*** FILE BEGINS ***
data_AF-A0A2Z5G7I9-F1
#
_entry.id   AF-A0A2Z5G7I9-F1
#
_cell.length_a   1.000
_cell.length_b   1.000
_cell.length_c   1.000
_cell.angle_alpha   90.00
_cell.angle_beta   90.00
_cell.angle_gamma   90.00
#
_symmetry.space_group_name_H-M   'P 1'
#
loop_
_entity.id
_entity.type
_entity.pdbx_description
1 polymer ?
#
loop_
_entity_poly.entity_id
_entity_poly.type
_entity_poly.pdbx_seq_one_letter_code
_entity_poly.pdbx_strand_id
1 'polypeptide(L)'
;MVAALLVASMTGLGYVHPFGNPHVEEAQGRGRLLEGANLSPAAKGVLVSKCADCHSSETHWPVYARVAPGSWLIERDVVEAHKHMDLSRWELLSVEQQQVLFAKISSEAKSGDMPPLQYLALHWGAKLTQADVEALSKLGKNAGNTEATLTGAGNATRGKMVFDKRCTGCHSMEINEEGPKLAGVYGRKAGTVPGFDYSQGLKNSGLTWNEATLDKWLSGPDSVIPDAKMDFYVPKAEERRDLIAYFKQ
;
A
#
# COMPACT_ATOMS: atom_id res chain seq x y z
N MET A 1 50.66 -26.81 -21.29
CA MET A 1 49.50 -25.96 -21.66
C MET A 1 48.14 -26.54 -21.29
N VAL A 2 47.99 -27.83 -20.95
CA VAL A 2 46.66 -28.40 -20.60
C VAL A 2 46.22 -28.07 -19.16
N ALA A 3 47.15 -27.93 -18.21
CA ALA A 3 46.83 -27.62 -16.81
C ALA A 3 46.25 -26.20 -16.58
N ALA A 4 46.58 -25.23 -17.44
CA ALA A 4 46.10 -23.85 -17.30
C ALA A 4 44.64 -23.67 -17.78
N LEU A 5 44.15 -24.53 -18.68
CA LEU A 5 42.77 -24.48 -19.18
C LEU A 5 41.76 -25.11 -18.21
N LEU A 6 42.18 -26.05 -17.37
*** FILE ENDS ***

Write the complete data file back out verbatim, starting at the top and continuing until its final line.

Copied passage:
data_AF-A0A2Z5G7I9-F1
#
_entry.id   AF-A0A2Z5G7I9-F1
#
_cell.length_a   1.000
_cell.length_b   1.000
_cell.length_c   1.000
_cell.angle_alpha   90.00
_cell.angle_beta   90.00
_cell.angle_gamma   90.00
#
_symmetry.space_group_name_H-M   'P 1'
#
loop_
_entity.id
_entity.type
_entity.pdbx_description
1 polymer ?
#
loop_
_entity_poly.entity_id
_entity_poly.type
_entity_poly.pdbx_seq_one_letter_code
_entity_poly.pdbx_strand_id
1 'polypeptide(L)'
;MVAALLVASMTGLGYVHPFGNPHVEEAQGRGRLLEGANLSPAAKGVLVSKCADCHSSETHWPVYARVAPGSWLIERDVVEAHKHMDLSRWELLSVEQQQVLFAKISSEAKSGDMPPLQYLALHWGAKLTQADVEALSKLGKNAGNTEATLTGAGNATRGKMVFDKRCTGCHSMEINEEGPKLAGVYGRKAGTVPGFDYSQGLKNSGLTWNEATLDKWLSGPDSVIPDAKMDFYVPKAEERRDLIAYFKQ
;
A
#
# COMPACT_ATOMS: atom_id res chain seq x y z
N MET A 1 50.66 -26.81 -21.29
CA MET A 1 49.50 -25.96 -21.66
C MET A 1 48.14 -26.54 -21.29
N VAL A 2 47.99 -27.83 -20.95
CA VAL A 2 46.66 -28.40 -20.60
C VAL A 2 46.22 -28.07 -19.16
N ALA A 3 47.15 -27.93 -18.21
CA ALA A 3 46.83 -27.62 -16.81
C ALA A 3 46.25 -26.20 -16.58
N ALA A 4 46.58 -25.23 -17.44
CA ALA A 4 46.10 -23.85 -17.30
C ALA A 4 44.64 -23.67 -17.78
N LEU A 5 44.15 -24.53 -18.68
CA LEU A 5 42.77 -24.48 -19.18
C LEU A 5 41.76 -25.11 -18.21
N LEU A 6 42.18 -26.05 -17.37